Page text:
They claim the land was forcefully taken over by the police to build residences for police cooperative.
The police stormed the communities of Atiporome and Agelade, with caterpillars, bulldozers and armed policemen, demolishing over 100 completed houses.
The landlords, led by Mr Charles Adu, then filed a case in the Badagry High Court to challenge the forceful takeover of their land.
The respondents in the case are the Lagos State Government, the Lagos State Environmental Sanitation Task Force, Lagos State Ministry of Physical Planning and Urban Development, The Inspector-General of Police and the Attorney-General of the Federation.
In the High Court, the Lagos State Government filed a preliminary objection against the case, contending that the reliefs being sought by the landlords do not fall within the purview of fundamental rights.
On July 10, 2014, the High Court, Coram O.A. Adesanya, upheld the preliminary objection of Lagos State and struck out the case of the landlords.
Dissatisfied with the ruling of the High Court, the landlords appealed against it to the Court of Appeal.
On February 23, 2016, the Court of Appeal allowed the appeal of the landlords and set aside the ruling of the High Court.
The Court of Appeal then directed the Honourable Chief Judge of Lagos State, to assign the case to another judge for hearing.
The case was subsequently assigned to Justice O. Okikiolu-Ighile, of the Badagry Division.
The case was thereafter fixed for May 5.
On the said day, the landlords were all in court, represented by their counsel, Mr Ebun-Olu Adegboruwa.
Lagos State was represented by the Senior State Counsel from the Lagos State Ministry of Justice, Mrs Olufunke Olugbeminiyi.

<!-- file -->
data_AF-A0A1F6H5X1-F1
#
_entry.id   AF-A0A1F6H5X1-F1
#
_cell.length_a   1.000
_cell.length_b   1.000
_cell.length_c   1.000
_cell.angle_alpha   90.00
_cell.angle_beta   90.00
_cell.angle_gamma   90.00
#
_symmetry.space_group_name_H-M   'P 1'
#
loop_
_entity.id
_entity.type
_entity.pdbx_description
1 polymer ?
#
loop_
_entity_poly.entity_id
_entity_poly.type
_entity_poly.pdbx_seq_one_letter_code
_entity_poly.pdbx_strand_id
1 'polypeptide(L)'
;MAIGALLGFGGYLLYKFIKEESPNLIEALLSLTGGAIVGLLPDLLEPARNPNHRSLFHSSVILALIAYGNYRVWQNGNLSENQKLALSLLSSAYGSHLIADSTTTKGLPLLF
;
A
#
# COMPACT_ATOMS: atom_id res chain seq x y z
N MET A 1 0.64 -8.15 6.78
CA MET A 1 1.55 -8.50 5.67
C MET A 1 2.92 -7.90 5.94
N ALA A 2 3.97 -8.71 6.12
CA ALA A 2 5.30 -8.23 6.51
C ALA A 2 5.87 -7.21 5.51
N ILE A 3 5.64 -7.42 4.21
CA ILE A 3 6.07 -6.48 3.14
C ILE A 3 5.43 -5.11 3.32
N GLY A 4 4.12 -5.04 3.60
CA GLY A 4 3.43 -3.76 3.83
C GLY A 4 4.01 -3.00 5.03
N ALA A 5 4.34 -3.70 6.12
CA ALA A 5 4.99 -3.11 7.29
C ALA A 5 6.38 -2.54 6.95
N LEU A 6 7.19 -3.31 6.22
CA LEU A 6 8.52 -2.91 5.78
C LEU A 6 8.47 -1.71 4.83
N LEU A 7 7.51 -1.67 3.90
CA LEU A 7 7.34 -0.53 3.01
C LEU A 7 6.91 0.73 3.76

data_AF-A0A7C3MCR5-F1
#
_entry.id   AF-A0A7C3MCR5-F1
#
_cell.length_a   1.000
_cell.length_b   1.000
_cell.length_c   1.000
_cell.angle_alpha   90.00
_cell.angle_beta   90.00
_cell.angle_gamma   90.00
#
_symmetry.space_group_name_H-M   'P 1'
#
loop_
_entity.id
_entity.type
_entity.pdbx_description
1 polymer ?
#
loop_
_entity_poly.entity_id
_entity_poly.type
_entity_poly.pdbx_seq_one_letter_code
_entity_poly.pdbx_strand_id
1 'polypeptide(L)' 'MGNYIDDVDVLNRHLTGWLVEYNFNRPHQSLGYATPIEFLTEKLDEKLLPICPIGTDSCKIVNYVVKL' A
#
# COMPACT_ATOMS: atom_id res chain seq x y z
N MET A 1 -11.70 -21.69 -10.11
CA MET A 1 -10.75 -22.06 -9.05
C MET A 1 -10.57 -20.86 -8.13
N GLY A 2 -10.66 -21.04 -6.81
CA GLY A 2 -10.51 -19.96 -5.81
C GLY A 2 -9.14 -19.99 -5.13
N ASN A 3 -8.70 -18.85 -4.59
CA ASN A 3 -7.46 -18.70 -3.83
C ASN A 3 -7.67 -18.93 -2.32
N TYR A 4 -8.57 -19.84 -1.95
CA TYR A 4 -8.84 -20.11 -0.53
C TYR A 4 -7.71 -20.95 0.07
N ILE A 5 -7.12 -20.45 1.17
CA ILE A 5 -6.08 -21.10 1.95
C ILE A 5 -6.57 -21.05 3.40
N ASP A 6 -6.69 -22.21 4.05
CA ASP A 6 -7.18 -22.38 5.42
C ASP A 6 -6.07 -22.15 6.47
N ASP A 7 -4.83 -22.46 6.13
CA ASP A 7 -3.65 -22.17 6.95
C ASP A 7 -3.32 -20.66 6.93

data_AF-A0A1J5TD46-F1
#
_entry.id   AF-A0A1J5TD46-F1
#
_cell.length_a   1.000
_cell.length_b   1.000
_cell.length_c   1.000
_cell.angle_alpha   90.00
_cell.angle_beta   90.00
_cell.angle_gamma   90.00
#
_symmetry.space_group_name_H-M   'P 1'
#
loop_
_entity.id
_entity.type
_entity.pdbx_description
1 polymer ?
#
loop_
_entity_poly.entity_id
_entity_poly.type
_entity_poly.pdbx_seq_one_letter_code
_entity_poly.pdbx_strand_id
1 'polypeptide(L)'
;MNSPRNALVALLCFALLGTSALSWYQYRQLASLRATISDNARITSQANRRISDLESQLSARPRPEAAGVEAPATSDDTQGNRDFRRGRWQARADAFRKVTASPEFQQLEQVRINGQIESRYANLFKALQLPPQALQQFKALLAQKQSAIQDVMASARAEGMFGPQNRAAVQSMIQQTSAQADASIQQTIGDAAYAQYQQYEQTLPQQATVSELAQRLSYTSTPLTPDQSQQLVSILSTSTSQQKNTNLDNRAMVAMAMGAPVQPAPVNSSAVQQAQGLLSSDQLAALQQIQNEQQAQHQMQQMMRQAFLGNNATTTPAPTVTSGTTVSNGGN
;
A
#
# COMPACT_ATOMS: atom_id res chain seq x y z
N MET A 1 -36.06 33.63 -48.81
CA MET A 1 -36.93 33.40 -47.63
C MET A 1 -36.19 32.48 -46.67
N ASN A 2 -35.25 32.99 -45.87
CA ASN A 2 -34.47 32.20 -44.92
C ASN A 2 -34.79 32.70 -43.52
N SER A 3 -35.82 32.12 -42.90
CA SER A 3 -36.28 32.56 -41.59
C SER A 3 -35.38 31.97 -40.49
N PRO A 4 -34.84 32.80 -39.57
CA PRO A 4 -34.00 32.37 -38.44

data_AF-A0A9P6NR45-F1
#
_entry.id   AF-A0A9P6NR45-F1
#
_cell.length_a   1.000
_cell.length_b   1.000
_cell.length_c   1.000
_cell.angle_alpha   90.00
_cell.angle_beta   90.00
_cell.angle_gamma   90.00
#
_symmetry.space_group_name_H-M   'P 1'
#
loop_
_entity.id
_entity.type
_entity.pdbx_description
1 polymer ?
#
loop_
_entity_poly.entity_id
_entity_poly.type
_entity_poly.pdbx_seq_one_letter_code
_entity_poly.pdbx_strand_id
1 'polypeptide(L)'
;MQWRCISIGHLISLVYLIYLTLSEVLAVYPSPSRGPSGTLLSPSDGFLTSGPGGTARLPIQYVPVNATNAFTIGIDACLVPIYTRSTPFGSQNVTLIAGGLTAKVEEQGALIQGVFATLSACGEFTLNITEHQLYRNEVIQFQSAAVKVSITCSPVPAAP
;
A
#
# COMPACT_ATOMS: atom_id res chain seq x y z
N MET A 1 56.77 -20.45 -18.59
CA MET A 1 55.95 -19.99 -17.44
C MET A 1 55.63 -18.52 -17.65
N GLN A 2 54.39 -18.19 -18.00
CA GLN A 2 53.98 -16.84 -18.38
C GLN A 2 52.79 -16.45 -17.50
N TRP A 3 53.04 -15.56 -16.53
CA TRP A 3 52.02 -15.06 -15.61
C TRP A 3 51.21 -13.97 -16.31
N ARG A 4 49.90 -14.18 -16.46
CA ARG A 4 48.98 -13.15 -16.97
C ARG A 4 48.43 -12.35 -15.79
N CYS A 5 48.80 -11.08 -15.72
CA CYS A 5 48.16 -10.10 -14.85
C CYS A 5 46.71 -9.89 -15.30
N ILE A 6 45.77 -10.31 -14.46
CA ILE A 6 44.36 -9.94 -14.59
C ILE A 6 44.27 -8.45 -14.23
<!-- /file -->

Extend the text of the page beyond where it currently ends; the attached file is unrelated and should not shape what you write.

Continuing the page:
The other respondents were not represented.
Mr Adegboruwa traced the history of the case and informed the judge that all the respondents were notified of the hearing for May 6, 2016, but the police did not endorse acknowledgement for the said hearing notice, served by the Court bailiff.
Adegboruwa said the police, however, received the hearing notice served on it by his law firm and he prayed the court to accept the acknowledgement of service.
He then urged the court to give a specific hearing date that would accord with accelerated hearing, being a matter bordering on allegation of infringement of fundamental rights.
On her part, Mrs Olugbeminiyi said the Ministry of Justice was not aware that the Court of Appeal had delivered judgment in the case on appeal.
She then sought for time to file their counter-affidavit.
Mr Adegboruwa promptly countered this submission, maintaining that under Order 8 of the Fundamental Rights Rules, Lagos State should have filed its counter-affidavit along with its preliminary objection, which it deployed to delay the case for almost three years.
The Judge thereafter adjourned the case, by consent of counsel present, til May 18.